FAQs (Frequently Asked Questions)

Our best inspirations come from reader questions, and we’ve enjoyed answering them since starting this blog to support our books in 2007.  Click on any of the questions below– these are the ones that seem to be on a lot of bakers’ minds.  If you’re having a problem with one of our recipes, breeze through these FAQs first.  If you can’t find an answer in the FAQs, click on any “Comments” field adjoining a “post” here on the website (doesn’t have to be related to the content underneath).  Please tell us which book you’re working from, and which recipe and page number:

I posted a comment to this site but it hasn’t appeared. What happened?

Contest and Giveaway Rules

Convection oven: Any adjustment needed?

Dense or gummy crumb: What am I doing wrong?

Flour varieties: Do I need to adjust the liquids when I use different kinds of white flour?

Freezing the dough: Can I do it?

Fresh-ground grains: can I use them with this method?

Gluten-Free Frequently Asked Questions (GF FAQs)

Gray color on my dough: Is there something wrong?

High-altitude baking: How do I adjust the recipes for high-altitude?

Incorporating dried fruit, nuts, or herbs into stored dough: How do I do it?

Larger loaves: What adjustments are needed?

Left the dough on the counter overnight! Can I still use it?

Measuring flour by volume: How we measured when we tested the recipes (scoop-and-sweep)

Missing instructions and missing recipes: Some of the web-based recipes don’t have everything I need to make the bread, and others are missing from the website altogether

Nutrition content: How can I calculate it?

Photographs: Can I post pictures to this website?

Privacy Policy

Refrigerator rise trick: The formed loaves or rolls rise overnight and are ready for the oven the next day

Rising: My shaped loaves don’t seem to rise much before it’s time for the oven.  What am I doing wrong?

Salt: Can I decrease the amount of salt in the recipes?  How do I adjust for different kinds of salt?

Sourdough starter: Can I use it with this method?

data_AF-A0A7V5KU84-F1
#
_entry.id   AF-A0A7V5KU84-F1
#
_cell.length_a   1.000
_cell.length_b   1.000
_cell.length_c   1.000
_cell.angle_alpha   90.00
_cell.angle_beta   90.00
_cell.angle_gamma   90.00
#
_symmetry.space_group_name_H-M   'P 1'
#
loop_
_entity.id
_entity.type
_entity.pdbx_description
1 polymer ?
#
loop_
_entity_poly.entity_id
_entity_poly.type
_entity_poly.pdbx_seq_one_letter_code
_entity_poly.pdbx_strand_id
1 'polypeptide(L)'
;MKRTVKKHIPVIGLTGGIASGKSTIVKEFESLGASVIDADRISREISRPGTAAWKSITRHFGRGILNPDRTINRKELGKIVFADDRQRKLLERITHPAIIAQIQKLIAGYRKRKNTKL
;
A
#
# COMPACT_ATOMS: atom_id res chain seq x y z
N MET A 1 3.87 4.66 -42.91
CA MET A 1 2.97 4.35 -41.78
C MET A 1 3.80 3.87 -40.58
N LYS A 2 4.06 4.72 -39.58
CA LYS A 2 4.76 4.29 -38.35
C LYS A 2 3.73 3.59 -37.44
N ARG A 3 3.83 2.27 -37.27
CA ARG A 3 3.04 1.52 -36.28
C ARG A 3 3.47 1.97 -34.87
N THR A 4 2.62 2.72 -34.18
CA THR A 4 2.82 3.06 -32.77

Steam alternatives: How do I create a steam environment for a great crust when my oven doesn’t trap steam well?

Stone broke! What did I do wrong?

Storing bread: What’s the best way to do it?

Traditional recipes: How can they be converted to the ABin5 method?

Underbaked! My loaf didn’t bake through to the center.  What am I doing wrong?

Web use: Can I use your recipes on my own website, in my class, or in a publication?

Weighing ingredients instead of using cup measures: How do you do it?

Whole grain flours and vital wheat gluten: How do you use them?

Whole grain flours and doughs without vital wheat gluten: How do those work?

Yeast: Can it be decreased in the recipes?

2,566 thoughts on “FAQs

  1. Thanks for your response… I did read the ‘flour varieties’ section of your FAQ before sending my question, but I what I am saying is the opposite to what you are saying. You say on the website under ‘flour varieties’ that Canadian flour varieties need more water, however what I am saying is that the flour I am using needs less water, and therefore a higher flour to water ratio. You suggest using more water, whereas I find I am need of much less water. I need 7.5 cups of flour instead of 6.5 flour. I find it is already too wet, so the solution wouldn’t be to add more water, but rather more flour. I’m sorry if my question doesn’t seem clear.